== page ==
SPRINGFIELD -- Governor George H. Ryan today signed legislation that will benefit consumers by increasing competition among electric utilities, by speeding up residential rate cuts for Commonwealth Edison customers and by establishing a trust fund to support various consumer initiatives, including the Citizens Utility Board.
"This legislation makes sure Illinois consumers are well positioned as we enter the new era of competition for electric service," Ryan said. "I want to thank the members of the General Assembly and all those who worked together to ensure Illinois keeps moving in the right direction when it comes to electric deregulation."
Creating a $250 million "Clean Energy Community Trust" to be funded by ComEd to provide financial assistance for projects that help improve energy efficiency, develop renewable energy resources and support environmental protection. From the Trust, $25 million is earmarked for clean coal projects and $7 million over the next seven years for the Citizens Utility Board to represent interests of consumers in utility matters before the state and federal governments.
Also under the legislation, ComEd's residential customers will receive a 5 percent rate cut seven months earlier than originally scheduled -- on October 1, 2001. Previously, this rate cut was scheduled to take effect May 1, 2002. During these seven months, ComEd customers will save an additional $75.8 million, or about $24 per customer.
Senate Bill 24 also allows Commmonwealth Edison to increase their "earnings cap" from 5 percent to 7 percent between 2000 and 2004. This change provides the opportunity for Commonwealth Edison to grow and maintain their presence as a corporate leader in Illinois.
Senate Bill 24 was sponsored by state Sen. William Mahar, R-Orland Park and state Representatives Phil Novak, D-Bradley and Vince Persico, R-Glen Ellyn and is effective immediately.
Also today, Governor Ryan signed legislation expanding property tax relief for qualifying Illinois seniors.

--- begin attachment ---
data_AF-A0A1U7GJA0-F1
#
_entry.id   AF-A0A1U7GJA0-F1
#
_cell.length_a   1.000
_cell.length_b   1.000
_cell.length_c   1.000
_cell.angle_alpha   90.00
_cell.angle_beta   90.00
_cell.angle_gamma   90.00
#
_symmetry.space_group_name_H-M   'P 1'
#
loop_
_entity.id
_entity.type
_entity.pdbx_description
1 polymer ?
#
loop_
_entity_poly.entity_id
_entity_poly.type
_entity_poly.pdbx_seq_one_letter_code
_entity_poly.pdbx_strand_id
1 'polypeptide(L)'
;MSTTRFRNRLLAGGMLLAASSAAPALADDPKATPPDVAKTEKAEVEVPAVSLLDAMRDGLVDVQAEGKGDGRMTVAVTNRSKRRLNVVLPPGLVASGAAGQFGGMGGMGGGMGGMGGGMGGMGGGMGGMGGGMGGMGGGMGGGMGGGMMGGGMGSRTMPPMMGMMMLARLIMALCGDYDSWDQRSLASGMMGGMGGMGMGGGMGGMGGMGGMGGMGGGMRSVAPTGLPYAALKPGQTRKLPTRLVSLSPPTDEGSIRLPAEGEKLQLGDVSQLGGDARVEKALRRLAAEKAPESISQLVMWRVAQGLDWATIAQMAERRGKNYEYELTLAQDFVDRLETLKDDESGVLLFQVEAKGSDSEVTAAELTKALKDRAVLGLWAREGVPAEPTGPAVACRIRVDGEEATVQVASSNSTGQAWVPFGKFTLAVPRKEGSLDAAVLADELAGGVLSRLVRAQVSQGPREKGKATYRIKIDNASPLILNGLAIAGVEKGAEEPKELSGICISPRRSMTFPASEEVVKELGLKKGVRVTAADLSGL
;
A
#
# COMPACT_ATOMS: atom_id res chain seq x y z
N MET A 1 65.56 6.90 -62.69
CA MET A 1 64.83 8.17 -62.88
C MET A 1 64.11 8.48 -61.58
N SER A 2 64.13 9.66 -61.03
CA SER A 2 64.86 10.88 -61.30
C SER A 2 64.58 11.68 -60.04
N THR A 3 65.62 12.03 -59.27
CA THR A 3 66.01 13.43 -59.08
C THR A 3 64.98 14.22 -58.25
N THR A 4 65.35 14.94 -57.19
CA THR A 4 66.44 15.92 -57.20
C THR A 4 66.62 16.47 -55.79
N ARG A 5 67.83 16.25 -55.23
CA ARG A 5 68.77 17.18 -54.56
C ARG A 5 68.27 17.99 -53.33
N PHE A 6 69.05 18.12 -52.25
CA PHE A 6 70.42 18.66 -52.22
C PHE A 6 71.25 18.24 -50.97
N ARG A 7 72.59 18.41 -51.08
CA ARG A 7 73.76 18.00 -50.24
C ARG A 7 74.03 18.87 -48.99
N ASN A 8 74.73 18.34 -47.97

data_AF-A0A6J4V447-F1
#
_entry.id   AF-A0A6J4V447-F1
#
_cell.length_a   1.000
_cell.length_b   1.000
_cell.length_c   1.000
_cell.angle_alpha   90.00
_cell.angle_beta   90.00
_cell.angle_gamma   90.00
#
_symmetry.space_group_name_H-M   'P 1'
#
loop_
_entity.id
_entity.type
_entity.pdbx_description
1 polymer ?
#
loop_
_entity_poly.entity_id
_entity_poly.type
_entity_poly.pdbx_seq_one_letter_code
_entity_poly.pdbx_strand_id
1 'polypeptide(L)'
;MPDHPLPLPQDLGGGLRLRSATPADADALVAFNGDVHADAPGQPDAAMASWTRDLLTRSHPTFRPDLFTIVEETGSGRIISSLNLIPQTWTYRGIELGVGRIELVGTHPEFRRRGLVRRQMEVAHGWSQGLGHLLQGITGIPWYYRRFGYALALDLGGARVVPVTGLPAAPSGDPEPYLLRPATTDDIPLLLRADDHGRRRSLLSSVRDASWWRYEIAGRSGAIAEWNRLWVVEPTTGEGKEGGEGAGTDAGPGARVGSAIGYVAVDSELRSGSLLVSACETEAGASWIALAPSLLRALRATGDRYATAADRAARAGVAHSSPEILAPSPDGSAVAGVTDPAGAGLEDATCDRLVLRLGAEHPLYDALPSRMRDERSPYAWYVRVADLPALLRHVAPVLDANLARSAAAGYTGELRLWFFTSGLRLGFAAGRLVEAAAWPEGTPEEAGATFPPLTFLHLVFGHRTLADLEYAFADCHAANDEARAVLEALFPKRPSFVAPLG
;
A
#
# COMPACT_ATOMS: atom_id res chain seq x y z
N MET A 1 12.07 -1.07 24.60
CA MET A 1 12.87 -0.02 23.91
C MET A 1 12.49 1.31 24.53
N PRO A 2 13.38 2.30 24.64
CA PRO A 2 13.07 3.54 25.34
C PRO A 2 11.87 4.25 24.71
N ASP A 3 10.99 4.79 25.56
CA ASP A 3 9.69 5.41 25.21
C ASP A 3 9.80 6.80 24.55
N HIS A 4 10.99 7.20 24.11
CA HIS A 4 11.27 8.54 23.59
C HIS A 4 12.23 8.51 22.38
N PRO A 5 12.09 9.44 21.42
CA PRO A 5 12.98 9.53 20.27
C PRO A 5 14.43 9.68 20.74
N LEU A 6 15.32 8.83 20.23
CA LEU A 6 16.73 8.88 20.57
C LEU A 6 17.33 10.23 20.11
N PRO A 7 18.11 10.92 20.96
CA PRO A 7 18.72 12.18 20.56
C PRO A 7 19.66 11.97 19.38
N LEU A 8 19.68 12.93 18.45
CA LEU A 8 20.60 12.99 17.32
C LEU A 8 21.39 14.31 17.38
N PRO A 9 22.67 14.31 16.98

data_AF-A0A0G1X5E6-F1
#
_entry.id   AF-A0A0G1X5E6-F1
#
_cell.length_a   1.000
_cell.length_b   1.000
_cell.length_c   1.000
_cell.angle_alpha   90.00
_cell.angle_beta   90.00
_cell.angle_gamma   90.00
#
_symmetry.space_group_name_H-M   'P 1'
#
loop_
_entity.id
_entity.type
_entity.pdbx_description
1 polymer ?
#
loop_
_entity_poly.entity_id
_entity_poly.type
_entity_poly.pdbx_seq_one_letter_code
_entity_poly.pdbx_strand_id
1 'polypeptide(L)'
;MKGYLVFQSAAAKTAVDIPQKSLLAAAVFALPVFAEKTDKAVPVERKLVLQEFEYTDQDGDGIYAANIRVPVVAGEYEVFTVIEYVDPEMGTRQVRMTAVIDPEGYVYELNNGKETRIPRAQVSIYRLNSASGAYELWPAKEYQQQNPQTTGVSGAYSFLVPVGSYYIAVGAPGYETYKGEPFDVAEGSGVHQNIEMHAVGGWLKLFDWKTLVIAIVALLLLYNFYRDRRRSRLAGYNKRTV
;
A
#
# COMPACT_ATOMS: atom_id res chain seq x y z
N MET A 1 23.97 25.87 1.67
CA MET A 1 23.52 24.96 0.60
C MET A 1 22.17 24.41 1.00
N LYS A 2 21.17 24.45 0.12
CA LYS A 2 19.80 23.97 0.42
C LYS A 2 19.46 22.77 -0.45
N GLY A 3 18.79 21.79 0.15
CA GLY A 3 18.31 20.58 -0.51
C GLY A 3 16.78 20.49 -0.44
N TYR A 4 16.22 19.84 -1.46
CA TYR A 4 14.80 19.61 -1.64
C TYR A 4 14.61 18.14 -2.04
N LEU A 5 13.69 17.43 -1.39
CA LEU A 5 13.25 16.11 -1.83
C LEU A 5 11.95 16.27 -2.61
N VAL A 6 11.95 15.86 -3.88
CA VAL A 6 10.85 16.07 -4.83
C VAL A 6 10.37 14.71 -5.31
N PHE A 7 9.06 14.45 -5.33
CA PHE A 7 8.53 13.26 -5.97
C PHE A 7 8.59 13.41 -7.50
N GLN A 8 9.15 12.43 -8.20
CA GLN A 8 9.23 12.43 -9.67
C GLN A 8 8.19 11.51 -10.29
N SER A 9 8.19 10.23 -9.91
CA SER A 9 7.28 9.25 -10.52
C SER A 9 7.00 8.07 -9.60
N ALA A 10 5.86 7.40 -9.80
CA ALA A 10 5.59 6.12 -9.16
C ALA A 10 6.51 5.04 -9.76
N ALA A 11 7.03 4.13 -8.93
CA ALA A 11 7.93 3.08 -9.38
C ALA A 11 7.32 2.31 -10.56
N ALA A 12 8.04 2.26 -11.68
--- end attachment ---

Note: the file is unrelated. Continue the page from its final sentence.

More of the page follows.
House Bill 1327 requires county assessors to apply the lowest possible assessment value in calculating the property tax liability for seniors who qualify for the Senior Citizen Assessment Freeze Homestead Exemption. Under this legislation, a senior enrolled in the program whose equalized assesseed value decreases below the initial "frozen" level will have future propety taxes based upon the lower assessment.
"This legislation will give seniors who qualify for this program a break based on how much the value of their property decreases," Ryan said. "Many seniors on fixed incomes struggle with property taxes and in some cases are denied the full benefits of the program."
Senate Bill 861, also signed into law today, raises the annual income threshold for seniors eligible to apply for the Senior Citizen Assessment Freeze Homestead Exemption from $35,000 to $40,000. "Now, even more senior citizens will be able to take advantage of this property tax relief program," Ryan added.
To qualify for the assessment freeze, a property owner must be at least 65 years of age and have a total annual income less than $40,000. The assessment freeze exemption is an amount equal to a home owner's current EAV minus a base amount. The base amount is the property's EAV in the year before applying for the program, plus any added improvements that would increase the tract's value. The property assessment is then "frozen" at the base year EAV.